Texas Says ABA Anti-Bias Rule Won’t Hold Up

AUSTIN, Texas (CN) – A new American Bar Association rule that bars attorneys from committing gender discrimination will likely not survive a court challenge because it is overbroad, Texas Attorney General Ken Paxton said Tuesday.

In a nonbinding advisory opinion, Paxton said the August changes to the ABA’s Model Ethics of Professional Conduct Rules infringe on the free speech rights of State Bar members.

The rule deems it professional misconduct for a lawyer to “engage in conduct that the lawyer knows or reasonably should know is harassment or discrimination on the basis of … sexual orientation, gender identity, marital status, or socioeconomic status in conduct” relating to practicing law.

“The Framers of the United States Constitution fashioned the constitutional safeguard of free speech to assure the ‘unfettered interchange of ideas’ for bringing about ‘political and social changes desired by the people,'” Paxton’s eight-page opinion states. “Contrary to these basic free speech principles, Model Rule 8.4(g) would severely restrict attorneys’ ability to engage in meaningful debate on a range of important social and political issues.”

State Sen. Charles Perry, R-Lubbock, asked for Paxton’s opinion in September. Perry said the rule change “has caused fear in attorneys all over Texas who have faith in God.”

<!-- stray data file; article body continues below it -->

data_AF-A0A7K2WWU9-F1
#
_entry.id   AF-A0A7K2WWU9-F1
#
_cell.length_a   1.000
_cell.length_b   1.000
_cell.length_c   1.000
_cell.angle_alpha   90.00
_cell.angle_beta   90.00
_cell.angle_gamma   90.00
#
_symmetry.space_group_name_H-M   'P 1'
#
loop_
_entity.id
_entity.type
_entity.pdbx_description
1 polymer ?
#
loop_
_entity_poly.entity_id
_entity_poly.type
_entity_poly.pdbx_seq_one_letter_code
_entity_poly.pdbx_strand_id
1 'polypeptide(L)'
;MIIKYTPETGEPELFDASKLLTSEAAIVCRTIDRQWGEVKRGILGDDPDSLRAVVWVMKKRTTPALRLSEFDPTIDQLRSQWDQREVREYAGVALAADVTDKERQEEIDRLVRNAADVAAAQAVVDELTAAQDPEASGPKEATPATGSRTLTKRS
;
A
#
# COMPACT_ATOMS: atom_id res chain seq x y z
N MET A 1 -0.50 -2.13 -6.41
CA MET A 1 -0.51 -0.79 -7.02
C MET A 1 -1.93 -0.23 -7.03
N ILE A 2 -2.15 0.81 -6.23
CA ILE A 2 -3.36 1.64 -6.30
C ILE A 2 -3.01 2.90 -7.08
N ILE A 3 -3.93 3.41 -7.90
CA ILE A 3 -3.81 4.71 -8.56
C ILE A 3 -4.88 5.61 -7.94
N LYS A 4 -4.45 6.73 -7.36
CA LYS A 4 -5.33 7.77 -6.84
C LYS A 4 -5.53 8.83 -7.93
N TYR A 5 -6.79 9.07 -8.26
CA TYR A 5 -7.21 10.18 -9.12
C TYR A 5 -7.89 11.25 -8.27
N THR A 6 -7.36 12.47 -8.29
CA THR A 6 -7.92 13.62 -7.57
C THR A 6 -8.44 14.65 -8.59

Perry asked whether lawyers could be disciplined or disbarred for “challenging the merits of same-sex marriage” during a legal education class, or for “being part of a legal association that holds religious beliefs that marriage is between one man and one woman and that a person’s gender is fixed at birth.”

Paxton notes the U.S. Supreme Court has ruled that attorneys’ free speech rights are somewhat restricted in the courtroom and outside the courtroom when speaking about a pending case. But the rule change “extends far beyond the context of a judicial proceeding to restrict speech or conduct in any instance when it is ‘related to the practice of law,'” he writes.

The new rule could also restrict an attorney’s religious liberty and prevent him or her from zealously representing faith-based groups, Paxton said.

“If an individual takes an action based on a sincerely-held religious belief and is sued for doing so, an attorney may be unwilling to represent that client in court for fear of being accused of discrimination under the rule,” the opinion states.

Linda A. Klein, president of the ABA, said Paxton misinterpreted the new anti-discrimination rule.

“This proposed rule expressly states that it in no way infringes on free speech or the ability of an attorney to zealously defend any client (or choose not to defend a client) based on the client’s beliefs,” Klein said in a statement. “This proposed rule exemplifies the ABA’s strong policy that there is no place in the practice of law for discrimination or harassment.” (Parentheses in original.)